Passers by on the river must have wondered what was going on though as Fishmongers Hall, the home to the Fishmongers Company, one of London’s 12 great Livery Companies, put on a bit of a show and delighted the public with free fish and chips and London Youth Rowing held their own static Thames race on rowing machines. It was a great spectacle that even attracted the Lord Major of London (Not Boris, but the other fella who can trace his job back to Dick Whittington and beyond).

The race started pretty quickly and in a couple of blinks of an eye the competitors were gone. It takes a mere 20 minutes to row the four mile course from London Bridge to Cadogan Pier in Chelsea, but it would have taken me a lot longer by road, so I didn’t get to the finish. However the race was won by the brilliantly named Merlin Dwan.


With the Olympics now underway I’ve had time to process and upload a gallery of images taken during the last day of the Olympic torch relay. For those outside the UK, the organisers of London 2012 created a 700 or so mile long relay for the Olympic flame. The culmination of which was down the River Thames.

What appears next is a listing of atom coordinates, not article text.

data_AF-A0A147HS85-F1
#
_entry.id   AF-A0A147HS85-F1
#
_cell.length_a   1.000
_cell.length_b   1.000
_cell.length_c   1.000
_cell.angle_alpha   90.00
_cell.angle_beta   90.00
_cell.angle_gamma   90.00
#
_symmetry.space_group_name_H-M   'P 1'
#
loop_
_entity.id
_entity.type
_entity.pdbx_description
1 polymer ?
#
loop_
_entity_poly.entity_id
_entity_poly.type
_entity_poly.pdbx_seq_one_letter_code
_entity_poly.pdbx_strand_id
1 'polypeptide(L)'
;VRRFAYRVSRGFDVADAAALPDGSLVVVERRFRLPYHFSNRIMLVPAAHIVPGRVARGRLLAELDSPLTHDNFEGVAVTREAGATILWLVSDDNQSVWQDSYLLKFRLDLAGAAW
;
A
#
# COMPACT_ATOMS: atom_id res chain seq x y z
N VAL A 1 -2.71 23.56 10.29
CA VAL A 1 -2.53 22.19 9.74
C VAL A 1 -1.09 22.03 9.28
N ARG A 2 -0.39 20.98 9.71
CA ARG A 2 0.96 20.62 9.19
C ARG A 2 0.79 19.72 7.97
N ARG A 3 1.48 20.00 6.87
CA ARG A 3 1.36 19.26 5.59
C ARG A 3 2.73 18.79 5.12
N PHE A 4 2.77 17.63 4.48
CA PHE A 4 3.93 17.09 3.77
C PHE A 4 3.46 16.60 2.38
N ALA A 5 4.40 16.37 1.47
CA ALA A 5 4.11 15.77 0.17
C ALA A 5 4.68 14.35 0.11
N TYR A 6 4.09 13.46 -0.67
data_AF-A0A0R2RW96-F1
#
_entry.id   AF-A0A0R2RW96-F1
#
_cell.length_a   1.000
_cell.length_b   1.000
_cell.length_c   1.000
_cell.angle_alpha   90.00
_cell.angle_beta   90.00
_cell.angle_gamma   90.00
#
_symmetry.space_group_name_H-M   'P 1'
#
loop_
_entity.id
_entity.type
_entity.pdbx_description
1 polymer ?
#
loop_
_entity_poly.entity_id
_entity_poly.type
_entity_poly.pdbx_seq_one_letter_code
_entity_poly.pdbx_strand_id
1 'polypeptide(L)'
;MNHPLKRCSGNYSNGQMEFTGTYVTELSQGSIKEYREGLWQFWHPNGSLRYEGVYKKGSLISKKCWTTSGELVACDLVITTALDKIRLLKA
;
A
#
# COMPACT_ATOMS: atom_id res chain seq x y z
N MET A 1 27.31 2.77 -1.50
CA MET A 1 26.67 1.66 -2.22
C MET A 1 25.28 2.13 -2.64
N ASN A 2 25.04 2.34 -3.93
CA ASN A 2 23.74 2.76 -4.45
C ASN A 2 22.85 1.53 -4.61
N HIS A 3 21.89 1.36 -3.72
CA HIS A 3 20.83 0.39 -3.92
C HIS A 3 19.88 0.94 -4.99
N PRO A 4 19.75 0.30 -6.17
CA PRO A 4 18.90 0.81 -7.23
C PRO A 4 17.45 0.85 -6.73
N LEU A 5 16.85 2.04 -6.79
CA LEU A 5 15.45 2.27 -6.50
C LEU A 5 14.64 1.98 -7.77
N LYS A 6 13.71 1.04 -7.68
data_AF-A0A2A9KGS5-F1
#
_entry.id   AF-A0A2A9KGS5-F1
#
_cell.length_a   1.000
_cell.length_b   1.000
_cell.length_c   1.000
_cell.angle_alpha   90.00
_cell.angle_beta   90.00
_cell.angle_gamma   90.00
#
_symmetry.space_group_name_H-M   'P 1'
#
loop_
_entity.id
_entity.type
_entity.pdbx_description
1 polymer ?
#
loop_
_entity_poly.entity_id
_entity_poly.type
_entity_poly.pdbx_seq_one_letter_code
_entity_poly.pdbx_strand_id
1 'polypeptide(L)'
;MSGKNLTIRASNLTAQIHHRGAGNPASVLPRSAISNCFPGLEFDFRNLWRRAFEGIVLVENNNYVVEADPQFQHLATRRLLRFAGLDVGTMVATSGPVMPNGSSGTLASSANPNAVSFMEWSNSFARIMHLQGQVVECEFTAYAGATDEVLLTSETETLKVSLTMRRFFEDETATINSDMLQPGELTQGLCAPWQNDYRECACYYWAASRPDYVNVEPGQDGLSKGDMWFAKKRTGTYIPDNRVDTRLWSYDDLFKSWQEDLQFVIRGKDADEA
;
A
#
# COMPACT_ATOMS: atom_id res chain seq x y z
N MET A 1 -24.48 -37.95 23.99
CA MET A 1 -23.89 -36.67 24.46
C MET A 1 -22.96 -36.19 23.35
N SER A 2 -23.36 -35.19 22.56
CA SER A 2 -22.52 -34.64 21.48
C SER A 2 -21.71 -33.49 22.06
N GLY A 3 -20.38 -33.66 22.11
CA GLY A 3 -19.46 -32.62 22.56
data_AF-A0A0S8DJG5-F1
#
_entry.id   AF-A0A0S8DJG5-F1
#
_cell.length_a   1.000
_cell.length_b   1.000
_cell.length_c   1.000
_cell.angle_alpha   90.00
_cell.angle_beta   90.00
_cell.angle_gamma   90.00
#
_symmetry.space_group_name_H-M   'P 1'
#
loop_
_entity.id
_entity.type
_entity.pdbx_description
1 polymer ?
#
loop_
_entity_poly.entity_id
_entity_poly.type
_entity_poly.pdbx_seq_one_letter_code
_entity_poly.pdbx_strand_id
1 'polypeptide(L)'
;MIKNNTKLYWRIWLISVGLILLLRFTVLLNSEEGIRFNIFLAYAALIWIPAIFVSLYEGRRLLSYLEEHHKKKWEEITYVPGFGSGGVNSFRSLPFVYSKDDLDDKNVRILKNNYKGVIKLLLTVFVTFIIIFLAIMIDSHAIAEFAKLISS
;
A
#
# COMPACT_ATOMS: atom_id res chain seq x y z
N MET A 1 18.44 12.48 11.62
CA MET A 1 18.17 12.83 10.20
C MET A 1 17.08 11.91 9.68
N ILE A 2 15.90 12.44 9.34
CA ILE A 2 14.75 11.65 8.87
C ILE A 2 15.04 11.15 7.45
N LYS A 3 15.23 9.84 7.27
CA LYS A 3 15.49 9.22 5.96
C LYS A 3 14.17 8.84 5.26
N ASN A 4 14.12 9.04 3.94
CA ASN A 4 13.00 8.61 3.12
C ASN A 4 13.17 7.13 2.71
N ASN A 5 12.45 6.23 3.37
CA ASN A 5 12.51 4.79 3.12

As you will know from previous posts I do some work for the Port of London Authority. It asked me to join one of their launches as they control the river from Teddington out to the North Sea. They wanted a photographic record of their work around the torch relay and the event itself.

The torch gets up early and the 27th July 2012 as no different. A start of around 7.30am at Hampton Court Palace was the schedule. Luckily they were 20 minutes late which gave us enough time to get to Teddington Lock, where the PLA takes charge of the River.

The Gloriana, the Royal rowing barge that lead the Queen’s 60th Jubilee River Pageant was the vessel of choice to carry the Olympic flame. It was lit in a shiny metal cauldron bearing the 2012 logo. Although along the route  the flame was transferred to several torch bearers to hold.

At Teddington, the Gloriana was preceded by two passenger boats loaded with onlookers and well wishes and then followed by a flotilla of small rowing boats. After the lock the fairy narrow river was alive with small boats. It was chaos for a few minutes as everyone started to follow the horn tooting Gloriana. Soon though the field couldn’t keep up with the 18 oars of Gloriana and they started to slip behind.

For a while, the Gloriana just had its close protection team of police, PLA vessels and press boats for company on the river, but the banks were still lined with well wishes shouting, waving, clapping and cheering. I was working, but still felt a sense of being a small part of something quite special.